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7 months to Christmas; here’s your first warning to behave at the office party

Posted 9th May 2023 • Written by Noor Nanji on BBC •

Businesses are being urged to limit the amount of alcohol served at work social events in order to prevent people from acting inappropriately towards others.

The warning from the Chartered Management Institute (CMI) comes as it releases a new poll, suggesting a third of managers have seen harassment or inappropriate behaviour at parties.

Women were more likely than men to say they had witnessed this behaviour.

The CMI's boss said alcohol "doesn't need to be the main event" at parties.

That's something that Sarah, who's 27 and works in finance, agrees with.

"There are still wild parties in my industry, but I think this needs to change," she told the BBC.

"I'm very conscious not to drink too much at work parties. If people want to go off and buy lots of drinks after the event, that's up to them, but I think drinking at company socials can lead to inappropriate or regrettable behaviour."

Sarah says it's important that colleagues are able to socialise with each other, but that alcohol shouldn't always be at the forefront of that.

"A lot of my friends don't drink, or they might be on medication which prevents them drinking. It's awkward for them if they're at a work party, and they have to ask three times just to get a soft drink, and they could also feel peer pressured to drink."

Managers' responsibility

The CMI, which is a professional body focusing on management and leadership, surveyed more than 1,000 managers at the end of April.

The poll, seen exclusively by the BBC, found that almost one in three managers (29%) report that they have witnessed inappropriate behaviour or harassment at work parties.

Thirty-three percent of women surveyed said they had seen this behaviour, compared with 26% of men.

Overall, two in five (42%) said work parties should be organised around activities that don't involve alcohol. Younger people, aged between 16 and 34, were most likely to say this.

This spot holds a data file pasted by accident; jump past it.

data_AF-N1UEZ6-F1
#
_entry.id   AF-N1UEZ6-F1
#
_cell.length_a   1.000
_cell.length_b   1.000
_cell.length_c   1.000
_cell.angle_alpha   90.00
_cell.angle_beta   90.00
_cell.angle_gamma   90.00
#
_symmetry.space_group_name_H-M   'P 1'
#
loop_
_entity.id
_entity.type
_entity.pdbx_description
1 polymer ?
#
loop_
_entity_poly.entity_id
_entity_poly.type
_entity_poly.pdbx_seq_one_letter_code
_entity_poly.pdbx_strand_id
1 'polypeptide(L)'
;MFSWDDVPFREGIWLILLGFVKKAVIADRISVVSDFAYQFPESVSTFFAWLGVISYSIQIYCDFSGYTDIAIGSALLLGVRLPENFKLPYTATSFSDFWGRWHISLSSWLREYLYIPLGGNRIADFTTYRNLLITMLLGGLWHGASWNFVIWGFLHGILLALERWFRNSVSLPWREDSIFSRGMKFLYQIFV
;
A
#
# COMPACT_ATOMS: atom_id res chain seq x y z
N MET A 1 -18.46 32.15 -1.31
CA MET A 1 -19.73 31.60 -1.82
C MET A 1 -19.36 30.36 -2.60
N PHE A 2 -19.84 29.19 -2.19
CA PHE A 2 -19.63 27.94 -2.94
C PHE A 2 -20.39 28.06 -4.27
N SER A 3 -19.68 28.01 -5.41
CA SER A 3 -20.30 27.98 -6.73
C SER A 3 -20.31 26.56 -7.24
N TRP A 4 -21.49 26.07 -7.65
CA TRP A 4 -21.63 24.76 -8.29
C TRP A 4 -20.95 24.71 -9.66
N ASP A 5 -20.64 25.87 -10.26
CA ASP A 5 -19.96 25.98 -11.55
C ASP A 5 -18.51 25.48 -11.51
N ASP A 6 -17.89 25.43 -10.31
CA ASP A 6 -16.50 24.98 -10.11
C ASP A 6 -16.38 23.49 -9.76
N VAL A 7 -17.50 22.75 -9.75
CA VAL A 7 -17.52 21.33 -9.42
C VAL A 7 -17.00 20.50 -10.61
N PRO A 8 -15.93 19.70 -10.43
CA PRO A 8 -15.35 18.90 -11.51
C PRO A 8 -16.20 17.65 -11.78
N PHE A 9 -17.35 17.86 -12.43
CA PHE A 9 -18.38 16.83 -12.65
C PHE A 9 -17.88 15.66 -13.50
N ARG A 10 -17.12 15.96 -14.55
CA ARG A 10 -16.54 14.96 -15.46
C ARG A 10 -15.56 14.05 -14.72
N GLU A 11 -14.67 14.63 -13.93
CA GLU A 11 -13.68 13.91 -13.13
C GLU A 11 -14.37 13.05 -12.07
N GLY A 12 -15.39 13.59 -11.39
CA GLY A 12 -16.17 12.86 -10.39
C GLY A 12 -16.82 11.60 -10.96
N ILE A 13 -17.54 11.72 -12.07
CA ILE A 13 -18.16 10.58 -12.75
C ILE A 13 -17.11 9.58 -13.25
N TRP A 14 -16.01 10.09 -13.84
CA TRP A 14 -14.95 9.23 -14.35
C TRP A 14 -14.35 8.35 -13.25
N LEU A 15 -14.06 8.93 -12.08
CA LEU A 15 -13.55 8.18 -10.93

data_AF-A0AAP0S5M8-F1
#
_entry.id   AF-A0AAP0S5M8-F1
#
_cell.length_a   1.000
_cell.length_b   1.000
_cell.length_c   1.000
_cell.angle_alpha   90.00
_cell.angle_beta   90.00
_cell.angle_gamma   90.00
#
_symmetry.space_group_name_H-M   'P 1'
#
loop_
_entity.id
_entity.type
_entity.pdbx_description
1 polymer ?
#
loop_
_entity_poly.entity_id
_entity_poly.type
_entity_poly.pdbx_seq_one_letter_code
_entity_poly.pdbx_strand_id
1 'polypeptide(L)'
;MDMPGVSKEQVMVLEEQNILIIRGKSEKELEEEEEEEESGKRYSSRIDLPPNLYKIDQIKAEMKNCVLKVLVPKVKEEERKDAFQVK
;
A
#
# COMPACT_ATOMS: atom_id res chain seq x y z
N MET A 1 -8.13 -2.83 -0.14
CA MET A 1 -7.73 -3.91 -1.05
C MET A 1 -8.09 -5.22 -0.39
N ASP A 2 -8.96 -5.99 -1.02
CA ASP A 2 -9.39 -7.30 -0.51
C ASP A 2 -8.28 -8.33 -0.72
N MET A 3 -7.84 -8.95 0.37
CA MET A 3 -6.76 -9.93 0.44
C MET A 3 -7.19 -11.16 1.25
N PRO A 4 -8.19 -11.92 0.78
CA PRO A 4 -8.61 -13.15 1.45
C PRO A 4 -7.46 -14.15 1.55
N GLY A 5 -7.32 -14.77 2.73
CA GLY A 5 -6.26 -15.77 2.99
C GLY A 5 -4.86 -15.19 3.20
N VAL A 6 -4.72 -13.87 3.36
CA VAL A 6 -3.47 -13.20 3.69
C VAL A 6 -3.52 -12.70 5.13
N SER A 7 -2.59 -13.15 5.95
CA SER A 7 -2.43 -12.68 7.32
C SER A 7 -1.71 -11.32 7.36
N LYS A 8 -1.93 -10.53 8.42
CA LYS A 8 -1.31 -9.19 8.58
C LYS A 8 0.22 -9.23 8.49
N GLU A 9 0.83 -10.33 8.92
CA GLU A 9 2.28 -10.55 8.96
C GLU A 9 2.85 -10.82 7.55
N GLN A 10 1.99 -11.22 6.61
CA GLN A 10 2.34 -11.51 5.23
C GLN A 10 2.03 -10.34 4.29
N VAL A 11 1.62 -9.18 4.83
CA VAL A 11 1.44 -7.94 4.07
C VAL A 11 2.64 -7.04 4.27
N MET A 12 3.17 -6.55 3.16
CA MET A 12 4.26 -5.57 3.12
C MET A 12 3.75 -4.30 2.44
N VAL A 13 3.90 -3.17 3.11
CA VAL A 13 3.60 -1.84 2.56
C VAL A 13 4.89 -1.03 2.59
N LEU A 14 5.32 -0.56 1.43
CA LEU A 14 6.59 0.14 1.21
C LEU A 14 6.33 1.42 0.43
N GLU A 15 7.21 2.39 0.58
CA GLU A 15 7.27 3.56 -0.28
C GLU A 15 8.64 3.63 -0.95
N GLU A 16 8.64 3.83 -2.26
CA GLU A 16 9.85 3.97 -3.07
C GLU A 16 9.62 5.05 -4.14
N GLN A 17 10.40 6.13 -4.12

The chief executive of the CMI, Ann Francke, told the BBC that socialising with colleagues is "a great team building opportunity" that many people enjoy.

But she added that managers have a responsibility to keep inappropriate behaviour in check, and to ensure there are safeguards in place.

"That might mean adding additional activities alongside alcohol, limiting the amount of drinks available per person or ensuring that people who are drinking too much are prevented from acting inappropriately towards others."

It comes after the CBI business lobby group was plunged into crisis following allegations of a rape at a summer work party in 2019 and other sexual misconduct at the organisation, which emerged last month. A second allegation of rape subsequently emerged, as reported by the Guardian.

Both rape allegations are being investigated by the police.

'Alcohol changes behaviour'

Alison Loveday, an employment lawyer and business consultant, said many companies now see alcohol-fuelled work parties as "too much of a risk".

"Boozy work parties are the exception rather than the rule today. They have become much reduced because there is a realisation that alcohol and lots of people doesn't necessarily go well together," she said.

John, who's 66 and has worked in a range of jobs over the years, says he's seen many people embarrass themselves and act badly at work parties.

"Alcohol definitely changes behaviour, so it's a risk to be drinking on the company watch," he says.

He thinks work social events should be linked to an activity with little or no alcohol.

"There are loads of alternatives, such as paintballing, escape rooms, or laser quest," he said. "Usually if you ask the group, they'll be up for trying something different, rather than the same old booze-ups."

Knowing the boundaries

However, pub landlord Leigh Watts, who runs the Greyhound Inn in Coventry, says alcohol can still play a part in work parties.

"People do need to let their hair down and have a laugh, particularly after Covid, and having a few drinks with colleagues is a part of that," he told the BBC.

Mr Watts held a staff party of his own last month, in which workers, who ranged in age from 16 to 70, were treated to an open bar.

"It's about being sensible and knowing the boundaries. But you can still enjoy yourself," he said.

David D'Souza, from the human resources body the CIPD, said that work social events may become even more important, with the rise of hybrid working.

"While they can, and should, be fun, organisations and leaders must not neglect their legal and ethical responsibilities to keep employees safe - obligations they have every single day in the workplace."

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